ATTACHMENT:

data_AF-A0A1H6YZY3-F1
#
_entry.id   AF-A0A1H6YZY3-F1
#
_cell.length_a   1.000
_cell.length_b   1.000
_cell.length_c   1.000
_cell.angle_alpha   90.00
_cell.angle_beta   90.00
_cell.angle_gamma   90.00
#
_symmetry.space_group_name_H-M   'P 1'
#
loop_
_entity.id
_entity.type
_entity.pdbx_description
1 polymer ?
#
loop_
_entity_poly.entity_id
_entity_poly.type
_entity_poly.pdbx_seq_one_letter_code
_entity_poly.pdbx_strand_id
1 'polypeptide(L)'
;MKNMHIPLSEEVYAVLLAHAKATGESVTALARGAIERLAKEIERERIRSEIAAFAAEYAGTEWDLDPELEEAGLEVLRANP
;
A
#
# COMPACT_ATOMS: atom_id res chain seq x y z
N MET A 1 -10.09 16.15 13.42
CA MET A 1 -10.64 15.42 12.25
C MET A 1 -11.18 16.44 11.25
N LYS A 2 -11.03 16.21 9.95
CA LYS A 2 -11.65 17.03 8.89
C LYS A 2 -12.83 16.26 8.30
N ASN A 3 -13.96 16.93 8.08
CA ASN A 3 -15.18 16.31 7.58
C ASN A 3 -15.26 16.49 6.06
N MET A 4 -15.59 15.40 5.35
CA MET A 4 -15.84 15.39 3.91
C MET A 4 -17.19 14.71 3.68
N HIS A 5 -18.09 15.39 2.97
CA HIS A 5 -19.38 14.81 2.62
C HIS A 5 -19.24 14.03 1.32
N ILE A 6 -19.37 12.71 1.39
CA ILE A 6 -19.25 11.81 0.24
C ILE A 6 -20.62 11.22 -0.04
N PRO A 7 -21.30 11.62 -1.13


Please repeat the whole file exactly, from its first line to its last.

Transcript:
data_AF-A0A1H6YZY3-F1
#
_entry.id   AF-A0A1H6YZY3-F1
#
_cell.length_a   1.000
_cell.length_b   1.000
_cell.length_c   1.000
_cell.angle_alpha   90.00
_cell.angle_beta   90.00
_cell.angle_gamma   90.00
#
_symmetry.space_group_name_H-M   'P 1'
#
loop_
_entity.id
_entity.type
_entity.pdbx_description
1 polymer ?
#
loop_
_entity_poly.entity_id
_entity_poly.type
_entity_poly.pdbx_seq_one_letter_code
_entity_poly.pdbx_strand_id
1 'polypeptide(L)'
;MKNMHIPLSEEVYAVLLAHAKATGESVTALARGAIERLAKEIERERIRSEIAAFAAEYAGTEWDLDPELEEAGLEVLRANP
;
A
#
# COMPACT_ATOMS: atom_id res chain seq x y z
N MET A 1 -10.09 16.15 13.42
CA MET A 1 -10.64 15.42 12.25
C MET A 1 -11.18 16.44 11.25
N LYS A 2 -11.03 16.21 9.95
CA LYS A 2 -11.65 17.03 8.89
C LYS A 2 -12.83 16.26 8.30
N ASN A 3 -13.96 16.93 8.08
CA ASN A 3 -15.18 16.31 7.58
C ASN A 3 -15.26 16.49 6.06
N MET A 4 -15.59 15.40 5.35
CA MET A 4 -15.84 15.39 3.91
C MET A 4 -17.19 14.71 3.68
N HIS A 5 -18.09 15.39 2.97
CA HIS A 5 -19.38 14.81 2.62
C HIS A 5 -19.24 14.03 1.32
N ILE A 6 -19.37 12.71 1.39
CA ILE A 6 -19.25 11.81 0.24
C ILE A 6 -20.62 11.22 -0.04
N PRO A 7 -21.30 11.62 -1.13